Road Safety Monitor 2020: The Impact of the COVID-19 Pandemic on Travel Behaviour & Road Safety
See link in press release to download Road Safety Monitor 2020: The Impact of the COVID-19 Pandemic on Travel Behaviour & Road Safety
Sondage sur la sécurité routière 2020 : L’impact de la pandémie COVID-19 sur les habitudes de déplacement et la sécurité routière
Voir le lien dans le communSee link in press release to download Sondage sur la sécurité routière 2020 : L’impact de la pandémie COVID-19 sur les habitudes de déplacement et la sécurité routière
OTTAWA, Nov. 12, 2020 (GLOBE NEWSWIRE) — The Traffic Injury Research Foundation (TIRF) announces the release of a new fact sheet, Road Safety Monitor 2020: The Impact of the COVID-19 Pandemic on Travel Behaviour & Road Safety, a summary based upon data from the Road Safety Monitor (RSM) conducted by TIRF, with sponsorship by Beer Canada, Desjardins and Labatt. The results reveal a majority of respondents reported their driving behaviour did not change and a small proportion indicated they were less likely to engage in dangerous driving behaviours. Results also revealed a shift in the preferred method of travel during the pandemic; early findings suggest this may be permanent for some Canadians.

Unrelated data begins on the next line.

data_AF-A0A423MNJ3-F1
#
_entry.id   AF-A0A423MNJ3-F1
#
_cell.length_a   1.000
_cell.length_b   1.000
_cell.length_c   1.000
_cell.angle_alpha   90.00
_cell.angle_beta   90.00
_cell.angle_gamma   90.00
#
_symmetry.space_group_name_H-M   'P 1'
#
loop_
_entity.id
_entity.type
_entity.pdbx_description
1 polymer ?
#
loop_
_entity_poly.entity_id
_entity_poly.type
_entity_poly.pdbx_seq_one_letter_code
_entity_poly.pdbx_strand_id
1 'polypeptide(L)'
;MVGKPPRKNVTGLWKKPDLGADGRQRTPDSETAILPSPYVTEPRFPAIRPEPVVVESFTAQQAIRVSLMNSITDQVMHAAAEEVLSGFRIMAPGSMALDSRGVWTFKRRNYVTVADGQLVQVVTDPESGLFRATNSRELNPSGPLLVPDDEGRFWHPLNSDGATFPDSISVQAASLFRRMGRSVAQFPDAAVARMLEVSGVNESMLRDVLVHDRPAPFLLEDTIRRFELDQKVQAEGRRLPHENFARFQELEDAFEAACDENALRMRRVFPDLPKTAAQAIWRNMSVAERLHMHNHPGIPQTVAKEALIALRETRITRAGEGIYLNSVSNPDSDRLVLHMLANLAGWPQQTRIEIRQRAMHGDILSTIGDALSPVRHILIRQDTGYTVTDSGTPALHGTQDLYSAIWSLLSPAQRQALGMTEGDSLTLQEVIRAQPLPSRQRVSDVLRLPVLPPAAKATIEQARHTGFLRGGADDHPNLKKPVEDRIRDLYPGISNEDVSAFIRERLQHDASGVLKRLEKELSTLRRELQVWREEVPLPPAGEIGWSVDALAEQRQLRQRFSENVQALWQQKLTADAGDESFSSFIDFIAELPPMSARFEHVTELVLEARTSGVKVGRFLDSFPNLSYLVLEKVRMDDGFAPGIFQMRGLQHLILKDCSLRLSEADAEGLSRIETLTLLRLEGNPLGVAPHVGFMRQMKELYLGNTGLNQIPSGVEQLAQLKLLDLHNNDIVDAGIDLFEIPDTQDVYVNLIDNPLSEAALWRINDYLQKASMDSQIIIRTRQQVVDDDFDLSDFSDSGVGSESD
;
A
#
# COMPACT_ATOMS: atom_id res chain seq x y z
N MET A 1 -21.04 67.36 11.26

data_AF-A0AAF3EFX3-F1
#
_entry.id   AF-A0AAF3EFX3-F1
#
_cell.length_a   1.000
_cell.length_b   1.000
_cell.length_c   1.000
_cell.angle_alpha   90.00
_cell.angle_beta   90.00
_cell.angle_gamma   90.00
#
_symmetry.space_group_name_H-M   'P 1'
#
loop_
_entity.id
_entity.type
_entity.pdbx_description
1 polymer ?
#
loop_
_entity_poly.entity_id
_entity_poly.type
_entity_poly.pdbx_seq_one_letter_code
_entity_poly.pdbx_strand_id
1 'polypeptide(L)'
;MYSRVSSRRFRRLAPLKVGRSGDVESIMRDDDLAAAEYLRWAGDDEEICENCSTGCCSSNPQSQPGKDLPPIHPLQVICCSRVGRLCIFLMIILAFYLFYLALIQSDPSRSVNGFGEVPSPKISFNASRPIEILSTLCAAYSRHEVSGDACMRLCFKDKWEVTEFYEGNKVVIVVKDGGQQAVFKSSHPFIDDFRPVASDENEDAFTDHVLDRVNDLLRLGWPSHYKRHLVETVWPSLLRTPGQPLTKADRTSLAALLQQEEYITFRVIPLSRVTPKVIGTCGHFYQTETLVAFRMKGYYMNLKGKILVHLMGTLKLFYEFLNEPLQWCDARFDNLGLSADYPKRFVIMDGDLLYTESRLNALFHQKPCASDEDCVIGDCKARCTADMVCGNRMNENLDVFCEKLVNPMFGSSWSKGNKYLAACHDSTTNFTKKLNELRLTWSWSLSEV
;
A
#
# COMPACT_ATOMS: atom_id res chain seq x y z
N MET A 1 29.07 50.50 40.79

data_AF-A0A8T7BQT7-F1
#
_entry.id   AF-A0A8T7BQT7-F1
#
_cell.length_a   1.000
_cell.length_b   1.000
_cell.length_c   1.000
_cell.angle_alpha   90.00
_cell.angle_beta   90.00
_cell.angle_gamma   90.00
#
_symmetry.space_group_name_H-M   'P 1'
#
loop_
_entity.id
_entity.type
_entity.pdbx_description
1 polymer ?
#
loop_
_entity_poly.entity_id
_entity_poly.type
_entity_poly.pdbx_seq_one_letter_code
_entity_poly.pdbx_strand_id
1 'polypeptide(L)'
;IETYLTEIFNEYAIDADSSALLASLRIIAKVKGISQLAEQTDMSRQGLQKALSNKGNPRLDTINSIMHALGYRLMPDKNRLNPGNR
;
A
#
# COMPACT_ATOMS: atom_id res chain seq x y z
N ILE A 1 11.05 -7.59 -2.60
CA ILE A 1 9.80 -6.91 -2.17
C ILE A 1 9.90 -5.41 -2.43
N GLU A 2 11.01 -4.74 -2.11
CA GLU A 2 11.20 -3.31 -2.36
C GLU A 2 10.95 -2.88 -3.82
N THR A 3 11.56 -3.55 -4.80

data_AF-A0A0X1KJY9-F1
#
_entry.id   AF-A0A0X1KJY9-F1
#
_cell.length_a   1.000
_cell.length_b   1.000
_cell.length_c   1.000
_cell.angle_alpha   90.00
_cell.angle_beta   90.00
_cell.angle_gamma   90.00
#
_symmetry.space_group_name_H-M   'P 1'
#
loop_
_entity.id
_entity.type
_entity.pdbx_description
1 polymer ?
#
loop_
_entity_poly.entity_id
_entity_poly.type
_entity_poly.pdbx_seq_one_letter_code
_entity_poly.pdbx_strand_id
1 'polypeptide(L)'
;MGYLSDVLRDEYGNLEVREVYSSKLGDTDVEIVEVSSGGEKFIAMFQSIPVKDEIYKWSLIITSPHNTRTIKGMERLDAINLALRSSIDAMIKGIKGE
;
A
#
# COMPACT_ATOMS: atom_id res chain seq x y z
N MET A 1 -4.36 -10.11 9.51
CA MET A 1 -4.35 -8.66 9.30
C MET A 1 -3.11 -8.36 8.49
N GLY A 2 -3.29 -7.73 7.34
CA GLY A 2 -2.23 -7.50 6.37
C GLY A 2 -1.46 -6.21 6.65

“While these results are encouraging, it’s also important to acknowledge that a concerning proportion of respondents indicated they were more likely to engage in risky or dangerous driving behaviours during the pandemic, as compared to before COVID-19,” cautions Ward Vanlaar, Chief Operating Officer of TIRF.
Compared to before the pandemic, 5.5% of Canadians admitted they were more likely to excessively exceed the posted speed limit during COVID-19 which translates to approximately 1.46 million licensed drivers. In addition, 4.2% said they were more likely to be driving distracted, 9.1% of respondents reported they had more difficulty focusing while driving, 2.4% admitted they were more likely to drive within two hours of consuming alcohol, and, 2.2% were more likely to drive within two hours of using drugs. While these percentages may reveal only a minority of Canadians engage in these dangerous driving behaviours, they still represent well over a million drivers.
“The results from TIRF are a reminder that drivers must remain vigilant during the pandemic,” says Valérie Lavoie, President & COO of Desjardins General Insurance Group. “Injuries and fatalities on our road are preventable, so it is important to remind drivers of the dangerous habits that can put themselves and others at risk.”
Almost 1 in 4 Canadians (23.3%) indicated their preferred method of travel changed during the pandemic. Prior to COVID-19, personal vehicle use was the main preferred method of travel of respondents